These clumps should cruise at basically constant speed until they form stars, because due to clumping and density stratification the clumps are much denser than their surroundings. If we assume a ten to hundredfold increase of the density in the shell, compared to the average cloud density, we infer a free fall time of several 104 up to 105 yrs. Assuming an exterior density of 100 cm-3, as observed in the hot gas today (Baganoff et al. 2003), the expanding shell would have to accelerate to several 1000 km s-1. This triggers Rayleigh-Taylor instabilities, so that the clumps disconnect from the shell, which reforms at higher speed and continues to sweep away the interstellar medium. Even at the present epoch, the observed jet might lead to some HVS ejections, as direct jet-cloud interactions should lead to molecular cloud acceleration up to  ≈ 270 km s-1 (Yusef-Zadeh et al. 2012b).

HVS formation might also manifest an anisotropic geometry. There is a suggestion that the hypervelocity stars are found in two thin disk planes (Lu et al. 2010). A disk-like geometry is indeed suggested by the numerical simulations of triggered star formation (Gaibler et al. 2012). Skewed jets are commonly observed (Kinney et al. 2000; Lagos et al. 2011), and it is hardly plausible that successive misaligned feeding disks would prefer the same plane of symmetry (Lodato & Pringle 2006).

Another manifestation of a recent AGN triggering episode may be the recently discovered Fermi gamma ray bubbles. The Fermi bubbles require Ebubble = 1055 erg or more in energy input into the relativistic plasma. The associated momentum is Ebubble/c = 3 × 1044 g cm/s. Over 106 yr this amounts to a rate of 1031 dynes. It is also roughly equal to the momentum flux in the ejected stars for the usual SFE of 10% of that in the total gas plus stars ejected). This seems reasonable if most of the energy injected is thermal. In fact the required efficiency for driving the star-forming clumps is even smaller as the AGN wind model for the Fermi bubbles (Zubovas & Nayakshin 2012) requires  ~ 1057 erg injection in a few 105 yr and a jet power of  ~1044 erg/s.

4. Cosmological implications

One consequence of jet-induced clump acceleration leading to young star ejection is that jet-induced cloud/star motions could retain some orbital memory of a central as opposed to a disk injection mode. Another global consequence is that nuclear ejection would have happened more often in the past for our MWG, and much more vigorously in the past for galaxies with more massive BH than that of our MWG.

Some 100 10   M stars ejected per 107 yrs imply 105 star ejections over the age of the MWG. Let us allow a factor of  ~10 for past enhanced activity, that is some 106 stars or 107   M are ejected from the MWG. These stars would become SNII in the intergalactic medium (IGM). The inferred mean metallicity generated is 10-4 solar (since a L ∗  galaxy of 1011   M accounts for solar yields). This provides the observed IGM abundance floor. Moreover the IGM abundance floor (which is indeed about this value from Ly alpha forest data) should be α-enhanced. The stars would have travelled a distance (300–3000) km s-1  ×  6 Myr or 1.8–18 kpc. Over 3 × 107 yrs, this amounts to 9–90 kpc. This results in IGM enrichment on halo and on group scales. This is about what might be expected, for an enrichment of the surrounding MWG IGM at z = 0, and will provide ubiquitous enrichment for the IGM at z ~ 2 when AGN activity peaks and distances are smaller.

Of course, the number of events depends on the gas refuelling rate. Since the gas accretion and SMBH fuelling rates were higher in the early MWG, one ejects even more stars. A rough estimate comes from scaling the SFR, which is fed by cold gas accretion and also scales with the BH accretion rate by a ratio of about 1000 (see Mullaney et al. 2012). The early SFR is enhanced by about a factor of 10 in order to account for disk chemical evolution, e.g. Cescutti et al. (2009). This gives a factor of approximately 10 boost in OB star ejection relative to a constant rate, with corresponding implications for the time-dependence of the chemical evolution of the IGM. The fact that the triggering mode is more efficient at high z suggests that any surviving high velocity stars from early episodes should be biased to lower metallicity.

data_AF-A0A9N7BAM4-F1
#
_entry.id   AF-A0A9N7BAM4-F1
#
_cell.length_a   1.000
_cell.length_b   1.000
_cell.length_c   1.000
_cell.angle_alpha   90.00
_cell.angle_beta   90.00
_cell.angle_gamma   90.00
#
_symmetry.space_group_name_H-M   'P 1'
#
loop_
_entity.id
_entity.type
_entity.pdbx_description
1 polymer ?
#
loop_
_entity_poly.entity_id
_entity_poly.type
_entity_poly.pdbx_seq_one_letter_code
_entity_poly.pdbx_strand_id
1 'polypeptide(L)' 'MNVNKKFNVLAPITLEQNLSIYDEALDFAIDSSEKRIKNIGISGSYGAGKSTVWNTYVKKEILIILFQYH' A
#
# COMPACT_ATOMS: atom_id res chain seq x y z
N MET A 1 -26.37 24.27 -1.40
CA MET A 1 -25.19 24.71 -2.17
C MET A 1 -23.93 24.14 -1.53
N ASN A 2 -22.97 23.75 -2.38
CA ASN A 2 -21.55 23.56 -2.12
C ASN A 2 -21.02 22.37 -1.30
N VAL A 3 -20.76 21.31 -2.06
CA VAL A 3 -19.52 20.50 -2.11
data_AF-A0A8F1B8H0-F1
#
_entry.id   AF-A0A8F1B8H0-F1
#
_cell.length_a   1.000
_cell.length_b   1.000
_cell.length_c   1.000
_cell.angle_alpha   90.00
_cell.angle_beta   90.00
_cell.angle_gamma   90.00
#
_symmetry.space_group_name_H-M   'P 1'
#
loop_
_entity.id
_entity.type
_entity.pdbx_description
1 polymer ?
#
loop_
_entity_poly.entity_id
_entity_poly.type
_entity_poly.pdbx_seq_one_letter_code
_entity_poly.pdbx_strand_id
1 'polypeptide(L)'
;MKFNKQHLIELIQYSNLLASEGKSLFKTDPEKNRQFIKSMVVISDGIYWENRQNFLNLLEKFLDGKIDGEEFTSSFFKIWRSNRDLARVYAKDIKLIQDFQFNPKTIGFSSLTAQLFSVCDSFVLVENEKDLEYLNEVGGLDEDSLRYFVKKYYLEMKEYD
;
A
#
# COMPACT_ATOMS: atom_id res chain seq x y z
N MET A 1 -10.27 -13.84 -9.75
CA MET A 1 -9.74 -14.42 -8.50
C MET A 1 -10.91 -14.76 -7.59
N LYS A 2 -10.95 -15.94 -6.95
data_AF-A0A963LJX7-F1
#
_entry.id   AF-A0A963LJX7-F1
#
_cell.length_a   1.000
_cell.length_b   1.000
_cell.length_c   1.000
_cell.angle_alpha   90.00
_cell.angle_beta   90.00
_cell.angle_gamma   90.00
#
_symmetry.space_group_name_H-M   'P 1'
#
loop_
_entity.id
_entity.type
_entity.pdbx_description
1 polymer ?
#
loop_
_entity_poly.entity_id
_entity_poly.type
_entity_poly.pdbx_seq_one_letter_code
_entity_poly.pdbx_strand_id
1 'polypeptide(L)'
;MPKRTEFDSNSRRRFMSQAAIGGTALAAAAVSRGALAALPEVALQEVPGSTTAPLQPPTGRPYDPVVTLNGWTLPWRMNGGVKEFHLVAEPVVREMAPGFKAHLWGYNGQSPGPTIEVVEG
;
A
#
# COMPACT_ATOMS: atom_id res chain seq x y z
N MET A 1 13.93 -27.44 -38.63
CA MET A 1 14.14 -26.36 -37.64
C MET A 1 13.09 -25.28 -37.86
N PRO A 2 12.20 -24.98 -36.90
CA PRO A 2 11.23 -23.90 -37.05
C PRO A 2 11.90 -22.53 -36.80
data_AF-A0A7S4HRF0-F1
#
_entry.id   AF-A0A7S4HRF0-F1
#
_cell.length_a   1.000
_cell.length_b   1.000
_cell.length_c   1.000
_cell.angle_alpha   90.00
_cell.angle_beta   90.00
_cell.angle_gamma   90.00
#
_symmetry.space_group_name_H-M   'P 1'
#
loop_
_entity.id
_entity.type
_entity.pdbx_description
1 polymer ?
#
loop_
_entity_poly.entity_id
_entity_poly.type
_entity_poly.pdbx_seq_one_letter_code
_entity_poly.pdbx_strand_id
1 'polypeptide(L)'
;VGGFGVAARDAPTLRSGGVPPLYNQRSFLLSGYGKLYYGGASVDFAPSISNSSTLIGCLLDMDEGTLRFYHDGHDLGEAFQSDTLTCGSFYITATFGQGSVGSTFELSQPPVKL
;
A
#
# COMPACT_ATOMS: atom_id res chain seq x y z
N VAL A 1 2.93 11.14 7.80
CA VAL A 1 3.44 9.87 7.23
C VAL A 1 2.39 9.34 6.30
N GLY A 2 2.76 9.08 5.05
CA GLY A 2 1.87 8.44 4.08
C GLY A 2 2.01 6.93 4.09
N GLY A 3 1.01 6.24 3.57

A time delay of 50–100 Myr has been measured for several hypervelocity stars apparently ejected from the GC (Brown et al. 2012). These represent only a small fraction of the hypervelocity stars. Our model predicts that only  ~1% of the newly formed jet-induced stars are ejected promptly. It is possible that a significant fraction of the newly formed massive stars may have massive binary companions, leading to a time delay of 4 × 107 yr or longer, if the binary companion exploded as a core collapse supernova or as a prompt SNIa single degenerate core (Maoz et al. 2012).

In summary, we have argued that many of the observed hypervelocity stars were generated by the interactions of an AGN jet-driven cocoon from the central black hole with a dense molecular cloud. There are broader implications for nuclear star formation, the enrichment of the IGM and the possible origin of the Fermi bubbles.


J.S. and Y.D. acknowledge support by the ERC project “Dark Matters”, MK by the cluster of excellence “Origin and Structure of the Universe” (, and VG by the Sonderforschungsbereich SFB 881 (“The Milky Way System”, subproject B4) of the German Research Foundation (DFG). We thank Zachary Dugan for discussions.


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All Figures

thumbnail Fig. 1

Schematic model of jet/blast wave-cloud interaction in central 10 pc. The jet inflates a cocoon which punches into the GMC. The cloud is subjected to the wind arising from the systematic expansion of the cocoon, which has the dual effect of compressing its outer layers, thereby triggering star formation, and accelerating some the newly formed stars to become hypervelocity stars.

In the text